For the collector of arms related to sharpshooting during the American Civil War, the ultimate acquisition is certainly an original Confederate Whitworth rifle, certainly the most iconic of long range rifles from the conflict. The second most desired weapon, and the one that is much more reasonably acquired in terms of both availability and price is a “Berdan Sharps”, one of the special order Sharps New Model 1859 Rifles issued to the 1st and 2nd US Volunteer Sharpshooters, better known as “Berdan’s Sharpshooters”, during the American Civil War. Hiram Berdan was born on September 6, 1824 in Phelps, NY. A highly-educated man, Berdan’s pre-war career was that of a mechanical engineer working in New York City. Berdan was responsible for a number of inventions ranging from a machine to separate gold from ore, a mechanical bakery, artillery fuses, a submarine gun boat, a torpedo boat, the Berdan breechloading rifle and the Berdan centerfire primer, just to name a few of his innovations. Berdan was also a target-shooting enthusiast, and when the Civil War broke out, he was the “top shot” in the United States, and had been for more than a decade. During the summer of 1861, Berdan approached the War Department with the concept of recruiting a regiment of sharpshooters, men who were outstanding marksmen, who would be deployed as special purpose troops in the conflict. In many ways, Berdan’s Sharpshooters, who would become the 1st & 2nd Regiments of US Volunteer Sharpshooters would be the first American use of organized “special forces’ type regiments, and were in many ways the 19th century predecessors to the 20th century Army Rangers and Force-Recon Marine Scout-Snipers. Berdan set relatively strict minimum standards for his marksmen. For a candidate to even be considered for the regiment, he had to be able to keep 10 shots in a 10” circle at 100 yards off-hand, and at 200 yards from a rest. Berdan also expected his men to be able to estimate distance, to be able to make adjustments to their shots to compensate for shooting up of downhill (something many modern shooters still struggle with) and to be able to adequately compensate for wind as well. While initially he requested that his men provide their own target rifles, this soon became a significant problem. Many of the guns were heavy barreled target guns weighing two to three times as much as a standard musket. Some of the guns were mounted with large and delicate optical sights that made the guns even more awkward to carry on a march. The biggest problem, however, was that each gun required its own specialized ammunition as they were not of a uniform caliber. This had to be resolved in order for the sharpshooters to be able to function effectively in the field. Berdan searched for what he felt was the perfect long arm for his “snipers’ and settled upon the Sharps New Model 1859 Rifle, with a few specialized features. The Sharps M-1859 Rifle was the invention of Christian Sharps, and was an improvement over his earlier production long arms. Sharps was born in New Jersey sometime in 1811. In 1830 Christian went to work at the famous US Armory at Harpers Ferry, under the direction of firearms inventor and interchangeable parts pioneer John Hall. Sharps worked at Harpers Ferry for over a decade, learning the arms making trade, as well as the early concepts of assembly line production. In 1848 Sharps received his first patent for a breech-loading carbine. The basis of the design would remain essentially unchanged for several decades, and would continue to be produced to this day. The simple and strong action utilized a breech block that could be lowered be “levering” the triggerguard forward. This exposed the chamber to load a cartridge. The paper or linen cartridge would then have its tail cut off by the breechblock when it was raised back into firing position, and expose the powder to the flash from the percussion cap or pellet primer that was detonated when the gun was fired. A.S. Nippes of Mill Creek, PA produced the first Sharps patent firearms in 1849 and 1850. By 1851, Sharps formed the Sharps Rifle Manufacturing Company in Hartford, CT. As the company was not yet ready to produce arms, Sharps entered into an agreement with Robbins & Lawrence of Windsor, VT to manufacture arms for him. By 1852 RS Lawrence (formerly of Robbins & Lawrence) moved to Hartford and became the master armorer of the new Sharps Rifle Manufacturing Company. The transition to the production of guns at the Sharps Rifle Manufacturing Company was rather slow, and Robbins & Lawrence produced many of the Sharps arms produced during the transition period from 1852-1856. The Sharps Rifle Manufacturing Company finally took over complete production in Hartford in October of 1856. As production of his “slant breech” series of breechloading arms continued, and were constantly improved upon, RS Lawrence came up with a solution to improving the gas seal of the breechblock. Instead of the block being set at an angle within the receiver, Lawrence proposed setting the block at right angles to the chamber. The new breechblock started appearing on some arms during 1858, but was officially patented by Lawrence in 1859, and signaled the death of the “slant breech” family of arms and issued in the “New Model” family of Sharps firearms. The New Model 1859 Rifle used this new Lawrence patented breechblock, and also featured Lawrence’s patent automated pellet priming system, which turned out to be less than effective in the field, leaving most soldiers to utilize standard percussion caps instead. According to Sharps researcher Frank Sellers, the New Model 1859 Rifle went into production in 1859 and remained in production through 1862, when it was superseded by the New Model 1863. During the approximately four years of production some 6,989 of the rifles were produced with the majority of them being purchased by the US government for military service. The rifles were serial numbered sequentially with other Sharps long arms then in production and not in their own serial number range, with the NM-1859 rifles appearing in the serial number range 36,000-60,000. The majority of these rifles were manufactured with 30” round barrels in .52 caliber, although a few were manufactured with 36” barrels and some of those were made in .56 caliber. The barrels were secured by three barrel bands, which were themselves secured by three barrel band springs in the bottom of the forend. The rifles were made with both saber bayonet lugs under the barrel and with a standard socket bayonet style combination front sight and bayonet lug. It appears that the majority of the production was designed to accept the socket (termed “angular” bayonet at that time). Berdan specified that the guns to be delivered to his men were to have double “set” triggers and were to eliminate spring loaded catch at the rear of the triggerguard plate that secured the combination triggerguard and lever in the closed position. The “set” trigger involved a second trigger (the rear most) that could be pulled to take up the majority of the trigger pull weight, leaving a very light pull of the front trigger to fire the rifle. The lightweight pull of this “hair trigger” added to the accuracy of the rifles in the hands of the trained marksmen. The balance of the rifle was pretty much a standard New Model 1859, with a blued barrel, case hardened receiver and furniture and an iron patchbox in the butt. The rifle was equipped with a pair of sling swivels, mounted on the middle barrel band and in the toe of the stock, behind the triggerguard. Research conducted by Roy Marcot indicates that the serial number range for the approximately 2,000 Berdan Sharpshooter issued rifles is from 54,374-57,514. These rifles usually have double set triggers and the omitted lever latch. Additionally, these rifles must have US sub-inspection marks and an inspection cartouche, although the marks are often well worn on rifles that saw extensive service and combat use. Due to various bureaucratic delays the Sharps rifles that Berdan desired for his regiments were not made available until the early summer of 1862, with the 1st US Sharpshooters receiving their rifles in May of that year and the 2nd US Sharpshooters receiving theirs in June. In the interim, many of the men retained their original target rifles, or were issued Colt revolving rifles, which they utilized with varied success. The 1st US Volunteer Sharpshooters mustered into service on August 1, 1861 and served for slightly less than three years, being mustered out on December 31, 1864. During that time, some 1,388 men served in their ranks, and the regiment was present for nearly every major battle and campaign of the Army of the Potomac, including the Peninsular Campaign, 2nd Manassas (Bull Run), Sharpsburg (Antietam), Chancellorsville, Gettysburg, The Wilderness, Spotsylvania, Cold Harbor and the Siege of Petersburg, just to name a few. The 2nd US Volunteer Sharpshooters were mustered into service on October 4, 1861 and remained in service through February 25 of 1865. Their record was equally storied, and the 1,132 men who served in that regiment contributed to the Army of the Potomac much as the men of the 1st USSS did, serving in the majority of the battles and campaigns listed above. The specialized nature of the regiments meant that they rarely fought as a cohesive regimental organization, but rather were often assigned to areas where they were needed on a company or even platoon level. One of the most famous efforts of the 2nd USSS was the support that some 12-15 men from that regiment provided to Company B of the 20th Maine during the defense of Little Round Top on July 2, 1863 at the Battle of Gettysburg.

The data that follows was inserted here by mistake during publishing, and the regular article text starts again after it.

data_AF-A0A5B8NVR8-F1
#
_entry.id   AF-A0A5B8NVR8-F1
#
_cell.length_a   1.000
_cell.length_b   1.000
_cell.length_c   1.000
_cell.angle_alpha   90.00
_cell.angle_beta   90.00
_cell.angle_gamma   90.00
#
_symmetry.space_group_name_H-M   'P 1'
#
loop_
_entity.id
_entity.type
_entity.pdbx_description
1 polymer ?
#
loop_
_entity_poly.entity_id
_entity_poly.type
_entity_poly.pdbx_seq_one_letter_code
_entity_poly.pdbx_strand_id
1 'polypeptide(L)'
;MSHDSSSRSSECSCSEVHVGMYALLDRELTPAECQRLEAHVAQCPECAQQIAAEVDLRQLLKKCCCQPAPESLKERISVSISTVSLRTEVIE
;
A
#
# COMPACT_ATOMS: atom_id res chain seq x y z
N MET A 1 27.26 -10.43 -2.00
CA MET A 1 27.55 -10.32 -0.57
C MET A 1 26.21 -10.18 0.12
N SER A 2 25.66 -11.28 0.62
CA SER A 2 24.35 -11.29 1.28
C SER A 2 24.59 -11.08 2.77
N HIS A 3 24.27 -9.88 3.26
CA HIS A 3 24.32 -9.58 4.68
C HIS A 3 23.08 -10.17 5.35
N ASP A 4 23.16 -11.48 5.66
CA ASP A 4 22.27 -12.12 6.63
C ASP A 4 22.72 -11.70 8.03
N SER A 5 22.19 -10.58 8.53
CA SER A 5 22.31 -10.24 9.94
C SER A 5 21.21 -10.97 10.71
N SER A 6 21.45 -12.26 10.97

Offered here is a VERY GOOD+ to NEAR FINE example of a Sharps New Model 1859 Rifle with the salient Berdan Sharpshooter features, complete with an original and correct Collins & Company Sharps Rifle Socket Bayonet. The rifle is serial number 56,694 and this number appears on both the receiver tang and on the barrel, underneath the forend. This serial number is in the second half of the accepted Berdan Sharpshooter’s range of 54,374 to 57,574. The rifle has Berdan features of double set triggers, no lever catch, the OW Ainsworth sub-inspection mark on the right barrel flat and the correct script JT cartouche on the wrist of the rifle. The rifle remains relatively well marked throughout, and even though it has clearly seen significant service and use, all of the factory-applied markings remain legible. The rear of the lock plate is marked in two lines: C. SHARPS’ PAT. / OCT. 5TH 1852 and directly behind the hammer in two lines; R.S. LAWRENCE PAT. / APRIL 12TH 1859. The reverse of the receiver is additionally marked: C. SHARPS’ PAT. / SEPT. 12TH 1848.. The top of the barrel is marked in a single line, near the receiver: NEW MODEL 1859, and in three lines forward of the rear sight: SHARPS RIFLE / MANUFG. CO / HARTFORD CONN>. The base of the rear sight is also marked in three lines, reading: R.S. LAWRENCE / PATENTED / FEB 15TH 1859. The correct OWA sub-inspection mark of O.W. Ainsworth is present on the left rear of the barrel where the barrel meets the receiver. A legible and fully visible script JT (for arsenal sub-inspector John Taylor) inspection cartouche is present on the reverse stock wrist. While this rifle is not listed specifically on any of the “known Berdan rifles’ serial number lists, those lists are certainly incomplete at best and represent a very small percentage of the approximately 2,000 Berdan rifles issued. The closest number to this rifle that I am aware of from an accepted “list” is #56736 from Wiley Sword’s list of numbers in his book Sharpshooter: Hiram Berdan, His Famous Sharpshooters and their Sharps Rifles. The rifle, as previously mentioned is in about VERY GOOD+ to NEAR FINE. It retains some minor traces of its original blued finish and has a very attractive mottled plum and brown patina over most of the metal surfaces. The rifle appears to be 100% original and correct in every way, with the exception of a single replaced screw that adjusts the set-trigger. This screw is small and delicate and is often damaged or broken, so replacement is not uncommon. As previously mentioned, the barrel and the action have matching serial numbers. The barrel shows some evenly scattered light pinpricking, as well as some lightly scattered surface oxidation scale mixed with the patina and traces of original blue. The breech block and lock shows some lightly scattered pinpricking as well, and have a mottled brown and plum patina with some scattered areas of darker mottling that appear to be traces of the original case hardened finish. The barrel bands have a medium smoky blue-gray patina with hints of their original finish, and the barrel band springs show traces of their original blued finish as well. The iron furniture has a lovely, uncleaned dark plum brown and lightly oxidized patina with some scattered light pitting and surface roughness present. The patina on the furniture matches the balance of the gun very well. The action of the rifle is fully functional, and even the delicate and somewhat temperamental double set trigger mechanism works correctly. Pulling the rear trigger fully to the rear (a short, but fairly heavy pull), sets the front trigger for a very light (and very crisp) break that feels like it weighs less than two pounds. The action of the rifle works smoothly, with lever operating the breechblock exactly as it should. The spring system for the Lawrence automated pellet primer system is in place and visible, and that system appears to be complete, but may no longer be functional. The bore of the rifle is in about FINE condition, and retains very strong, crisp rifling its entire length. The bore shows some light pinpricking scattered along its length as well as some frosting in the grooves. A good scrubbing might even improve the bore to excellent. The original 800-yard Lawrence Patent rear sight is in place on the barrel and is complete, including the elevating slider. The sight is fully functional and retains some traces of its original blued finish, mostly on the ladder and slide. All the markings on the sight remain fairly crisp and legible as well. The original front sight and socket bayonet lug remains in place near the muzzle with the original brass sight blade still present as well. What appear to be the original sling swivels are in place on the rifle, with the upper swivel attached to the middle barrel band and the lower swivel mounted on a plate in the toe of the stock. The buttstock and forend of the rifle are in about VERY GOOD+ to NEAR FINE condition as well. They both show wear and use, but remain solid with no noted breaks or repairs. Both were probably cleaned at some point in the past and but do not appear to have been sanded. The stock and forend retain good lines and edges and it appears any rounding or softening to be the result of real world wear and use. Otherwise, the stock and forend show only the expected bumps, dings and surface mars that would be expected from a 150-year-old military issue rifle, and the wood matches the look and condition of the metal perfectly.
Overall this is a very nice example of a scarce Berdan pattern Sharps New Model 1859 Rifle. The gun conforms in all ways to the usual Berdan physical requirements with set triggers and no lever lock, and has the correct inspection marks. The gun is certainly well within the range of known Berdan Sharps rifles, and is only 42 numbers away from one of the handful of “confirmed” Berdan serial numbers in print. The rifle is complete and shows real world use, but no abuse and is a very well-marked and solid example of a Berdan pattern Sharps rifle. These guns to do not appear for sale very often, and this is a much nicer example than is usually encountered, which remains very crisp, with wonderful eye appeal and a wonderful, uncleaned patina. I am quite sure that you very happy with this gun and even happier adding it to your collection.SOLD